Stuart Broad: It was difficult for me to see the incident as I was fielding at 3rd man, a long way from the bat. I couldn't really see the lines they took to collide. The disappointing thing about the whole incident is that the next day it took over from what was a fantastic game of cricket in the media. The press should have been about cricket.

han: did you enjoy your 22nd?

Stuart Broad: I couldn't go out celebrating because my birthday lands in the middle of the season, but a few of us went round London, went for a Mexican... Being away, it was strange not seeing any of my family, but I caught up with them a few days later. I can't see myself throwing any wild birthday parties in the future, because of where my birthday lands in the season.

pommie: Any predictions for the series against South Africa?

Stuart Broad: I predict it will be a hard contest and an exciting series. It's difficult to predict the score. The first test at Lords is essential for the side to get momentum. We've won 4 out of the last 5, so we're going in with confidence and just must make an impact from the off.

TENN: There are fan sites on Facebook for you, do you ever look at them to see what people are saying?

Stuart Broad: No. I've never really looked at them. I don't know whether they'd do me harm or good! I don't use facebook myself a huge amount, but do to stay in touch with friends when I'm away. It's lovely that people set up sites and support me though.

Miriam: Is there a type of pitch that would suit you but not Dale Steyn? (and if so, I hope we get one this summer).

Stuart Broad: We can only look at the pitches we'll be playing on against SA. I'm a bit taller, so I'll be looking for pitches that bounce more – like The Oval. It will be an interesting battle – both have done well in the past 3 or 4 months. So it'll be intriguing. Steyn's been great over the last year – he's number one or two in the world, but hopefully we'll come out on top.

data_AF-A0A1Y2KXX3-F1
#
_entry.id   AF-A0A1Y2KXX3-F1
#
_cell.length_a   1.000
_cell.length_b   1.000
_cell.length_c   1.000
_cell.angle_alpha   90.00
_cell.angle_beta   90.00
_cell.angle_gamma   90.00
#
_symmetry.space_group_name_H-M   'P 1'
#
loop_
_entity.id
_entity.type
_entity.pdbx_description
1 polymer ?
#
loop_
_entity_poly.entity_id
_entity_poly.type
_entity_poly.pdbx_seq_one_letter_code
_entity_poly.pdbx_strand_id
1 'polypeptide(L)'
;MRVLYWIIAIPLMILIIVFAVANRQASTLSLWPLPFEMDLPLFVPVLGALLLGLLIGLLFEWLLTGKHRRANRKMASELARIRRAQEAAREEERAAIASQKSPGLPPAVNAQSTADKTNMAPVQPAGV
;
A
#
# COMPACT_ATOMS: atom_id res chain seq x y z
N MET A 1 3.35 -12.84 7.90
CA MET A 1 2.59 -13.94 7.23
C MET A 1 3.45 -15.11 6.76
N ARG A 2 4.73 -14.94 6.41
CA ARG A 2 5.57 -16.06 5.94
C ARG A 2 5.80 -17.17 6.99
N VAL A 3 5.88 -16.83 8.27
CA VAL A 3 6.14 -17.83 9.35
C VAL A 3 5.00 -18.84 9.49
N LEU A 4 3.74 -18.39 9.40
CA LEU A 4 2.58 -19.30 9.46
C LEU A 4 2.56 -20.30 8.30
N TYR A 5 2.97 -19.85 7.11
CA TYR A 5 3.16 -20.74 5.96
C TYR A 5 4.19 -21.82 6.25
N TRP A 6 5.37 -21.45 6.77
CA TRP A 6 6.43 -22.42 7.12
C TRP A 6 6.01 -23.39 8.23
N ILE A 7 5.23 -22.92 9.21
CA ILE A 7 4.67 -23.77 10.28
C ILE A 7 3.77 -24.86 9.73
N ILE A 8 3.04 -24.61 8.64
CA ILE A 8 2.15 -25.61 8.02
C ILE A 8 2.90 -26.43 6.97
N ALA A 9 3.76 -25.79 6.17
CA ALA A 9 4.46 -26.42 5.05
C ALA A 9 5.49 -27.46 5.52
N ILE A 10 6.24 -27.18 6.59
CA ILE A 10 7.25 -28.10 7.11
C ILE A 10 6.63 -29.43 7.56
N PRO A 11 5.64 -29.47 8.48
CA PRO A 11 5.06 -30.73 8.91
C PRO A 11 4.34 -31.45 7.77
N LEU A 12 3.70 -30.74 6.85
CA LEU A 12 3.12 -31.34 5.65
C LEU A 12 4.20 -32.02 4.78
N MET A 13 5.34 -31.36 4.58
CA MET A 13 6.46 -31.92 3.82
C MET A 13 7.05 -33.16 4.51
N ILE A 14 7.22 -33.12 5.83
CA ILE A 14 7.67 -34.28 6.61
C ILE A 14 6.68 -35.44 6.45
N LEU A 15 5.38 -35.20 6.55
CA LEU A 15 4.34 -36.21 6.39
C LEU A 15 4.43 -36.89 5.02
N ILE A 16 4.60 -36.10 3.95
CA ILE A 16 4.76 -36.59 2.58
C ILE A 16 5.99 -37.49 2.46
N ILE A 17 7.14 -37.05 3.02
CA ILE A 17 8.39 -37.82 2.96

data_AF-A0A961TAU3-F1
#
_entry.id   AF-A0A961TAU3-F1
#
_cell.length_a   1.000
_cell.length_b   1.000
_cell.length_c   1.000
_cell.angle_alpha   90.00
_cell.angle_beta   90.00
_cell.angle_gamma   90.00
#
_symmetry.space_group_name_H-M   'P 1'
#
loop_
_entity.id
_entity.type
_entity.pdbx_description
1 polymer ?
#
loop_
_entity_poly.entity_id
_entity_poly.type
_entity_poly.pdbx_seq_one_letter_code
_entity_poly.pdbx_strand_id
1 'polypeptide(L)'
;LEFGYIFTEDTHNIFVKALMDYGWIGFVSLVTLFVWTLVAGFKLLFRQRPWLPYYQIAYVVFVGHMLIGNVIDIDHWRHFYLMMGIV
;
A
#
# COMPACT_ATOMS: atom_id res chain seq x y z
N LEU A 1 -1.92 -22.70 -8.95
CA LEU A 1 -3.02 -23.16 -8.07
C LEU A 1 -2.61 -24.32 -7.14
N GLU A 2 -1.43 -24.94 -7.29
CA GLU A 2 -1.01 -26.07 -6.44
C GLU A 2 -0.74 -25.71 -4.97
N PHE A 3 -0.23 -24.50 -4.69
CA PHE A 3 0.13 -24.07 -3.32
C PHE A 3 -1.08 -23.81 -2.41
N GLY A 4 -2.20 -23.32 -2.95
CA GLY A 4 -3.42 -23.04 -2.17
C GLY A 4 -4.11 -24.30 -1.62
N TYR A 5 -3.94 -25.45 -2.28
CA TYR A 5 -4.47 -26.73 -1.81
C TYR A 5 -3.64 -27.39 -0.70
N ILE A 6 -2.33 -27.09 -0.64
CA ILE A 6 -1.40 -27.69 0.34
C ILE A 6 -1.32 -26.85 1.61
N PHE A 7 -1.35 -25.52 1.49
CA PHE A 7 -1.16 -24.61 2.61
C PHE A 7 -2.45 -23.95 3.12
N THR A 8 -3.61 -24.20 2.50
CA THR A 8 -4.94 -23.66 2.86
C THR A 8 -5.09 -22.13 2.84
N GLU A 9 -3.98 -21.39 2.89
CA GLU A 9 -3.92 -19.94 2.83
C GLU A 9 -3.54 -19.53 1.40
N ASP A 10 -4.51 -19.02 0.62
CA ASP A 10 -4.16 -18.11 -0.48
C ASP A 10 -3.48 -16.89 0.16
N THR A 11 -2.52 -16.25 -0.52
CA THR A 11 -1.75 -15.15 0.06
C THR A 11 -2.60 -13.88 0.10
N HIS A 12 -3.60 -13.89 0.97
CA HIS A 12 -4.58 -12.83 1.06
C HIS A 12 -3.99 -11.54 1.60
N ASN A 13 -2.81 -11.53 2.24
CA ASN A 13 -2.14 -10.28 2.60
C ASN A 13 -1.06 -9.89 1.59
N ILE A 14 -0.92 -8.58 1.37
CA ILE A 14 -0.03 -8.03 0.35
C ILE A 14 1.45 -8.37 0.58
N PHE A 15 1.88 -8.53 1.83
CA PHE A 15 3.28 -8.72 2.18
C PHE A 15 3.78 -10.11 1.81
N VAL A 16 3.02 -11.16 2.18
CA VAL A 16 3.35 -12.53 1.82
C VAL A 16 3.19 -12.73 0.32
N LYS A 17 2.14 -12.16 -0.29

TENN: Who your ideal woman?

Stuart Broad: Sienna Miller – lookswise. Don't know her as a person. My favourite film is Layercake and she's very attractive in that.

Buffo: How long were you in S. A. and why did you go there?

Stuart Broad: I was there for 3 months, just working on fitness when I was younger. It's a lot easier to train when the sun's shining every morning on the beach, in the sea... better than the dark and cold in England. So it was a beneficial experience.

pommie: what about melbourne?

Stuart Broad: Yes, I spent 6 months there playing and training when I left school. It's a fantastic place. Thoroughly enjoyed it and wouldn't hesitate to go back if the opportunity arose.

Paul: Has your dad every umpired against you in a match?

Stuart Broad: No, he hasn't. He's not the sort of bloke who would enjoy standing out there all day umpiring. He's much happier refereeing in the box. On the international circuit, he's not allowed to do England games, so it won't come up, luckily.

cassie: During a series of matches against visiting countries, like New Zealand and South Africa coming up, do the two teams socialise much together or is it very much separate camps?

Stuart Broad: We stay in different hotels. So we only tend to see each other at the grounds, during lunchtime.So no, there's not a huge amount of socialising between the sides. But everyone talks at the grounds – there's no ill feeling. After a series, we may get together over a beer to chat about how it's all gone.

Buffo: Did you find pitch conditions in the southern hemisphere very different?

Stuart Broad: Yes. Conditions around the world are different in every country. It tends to swing more in England. The subcontinent is spinner friendly, and Australia suits fast bowlers. Your skills are constantly tested around the world, which helps you develop as a player.

Miriam: Have you ever played a practical joke back at Ian Bell, like nicking his hair straighteners?

Stuart Broad: No. He's very protective of his hair straighteners. You can't get near them. His time will come – I'll be lining something up, but I can't give my secrets away live online.

TENN: What questions do you prefer? Cricket ones or the personal ones?

Stuart Broad: Cricket. They're good to answer as it's interesting to hear what fans are interested in in relation to my job. So it's good to give answers about my cricket experiences and techniques that have got me to where I am.

63336: Thanks Stuart, that's all for now folks.

Stuart Broad: Thanks very much everyone. It's been great.